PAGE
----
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Re: [Phys-L] solar constant

The solar irradiance has been averaging around 1366 W/m^2 for the past 60
years. Before that, it was as much as 3 W/m^2 lower. Here is a graph...

This number is the irradiance arriving at the top of the Earth's atmosphere.
The actual average insolation on the ground is about 8 times smaller due to
(1) the curvature of the Earth, (2) only half the Earth illuminated at a given
time, and (3) atmospheric reflection/absorption.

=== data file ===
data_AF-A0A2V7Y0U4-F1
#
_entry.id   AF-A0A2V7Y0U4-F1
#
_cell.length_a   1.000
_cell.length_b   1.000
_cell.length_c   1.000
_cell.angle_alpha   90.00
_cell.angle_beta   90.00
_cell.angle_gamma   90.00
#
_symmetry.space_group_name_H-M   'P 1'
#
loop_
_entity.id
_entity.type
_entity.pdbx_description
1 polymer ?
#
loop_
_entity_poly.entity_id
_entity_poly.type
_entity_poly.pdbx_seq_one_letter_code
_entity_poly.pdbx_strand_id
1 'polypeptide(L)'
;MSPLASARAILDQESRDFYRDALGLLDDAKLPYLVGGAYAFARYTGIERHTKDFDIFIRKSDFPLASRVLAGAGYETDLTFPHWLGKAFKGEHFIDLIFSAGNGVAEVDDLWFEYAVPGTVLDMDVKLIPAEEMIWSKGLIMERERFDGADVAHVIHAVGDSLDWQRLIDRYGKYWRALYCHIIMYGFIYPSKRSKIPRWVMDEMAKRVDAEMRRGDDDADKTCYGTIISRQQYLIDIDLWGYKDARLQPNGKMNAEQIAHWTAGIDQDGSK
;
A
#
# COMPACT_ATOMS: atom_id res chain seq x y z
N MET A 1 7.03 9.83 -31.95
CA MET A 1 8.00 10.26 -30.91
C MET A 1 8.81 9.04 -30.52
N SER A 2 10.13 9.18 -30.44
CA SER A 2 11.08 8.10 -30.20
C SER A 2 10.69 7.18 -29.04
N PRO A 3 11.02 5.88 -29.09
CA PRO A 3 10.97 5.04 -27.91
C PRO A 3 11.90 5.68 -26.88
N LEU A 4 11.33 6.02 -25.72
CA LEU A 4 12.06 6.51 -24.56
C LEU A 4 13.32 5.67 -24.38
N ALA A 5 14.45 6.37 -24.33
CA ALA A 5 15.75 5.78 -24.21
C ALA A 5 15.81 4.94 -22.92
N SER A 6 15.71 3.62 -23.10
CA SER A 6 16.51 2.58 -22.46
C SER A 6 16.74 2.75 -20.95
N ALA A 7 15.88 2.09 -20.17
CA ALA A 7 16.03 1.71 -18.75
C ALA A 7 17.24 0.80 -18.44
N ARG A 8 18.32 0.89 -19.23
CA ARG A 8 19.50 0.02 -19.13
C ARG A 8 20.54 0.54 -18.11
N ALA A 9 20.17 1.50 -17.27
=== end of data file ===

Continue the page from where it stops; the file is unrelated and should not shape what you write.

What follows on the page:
If you want to measure the local insolation, you can get one of these...

The solar constant is around 1370 W/m2. I believe this is the average value
over the entire Earth in one year. I have two questions.

1. How can I find the approximate value on a given day at a given location
(latitude)? Is there some formula or way to estimate? I realize this might
not be easy.

which leads to:

2. Is there a "simple" experiment kids can do to measure the solar constant
(solar cell, heating water, etc.)?

This has some good concepts for energy, heat, and optics in both physics and

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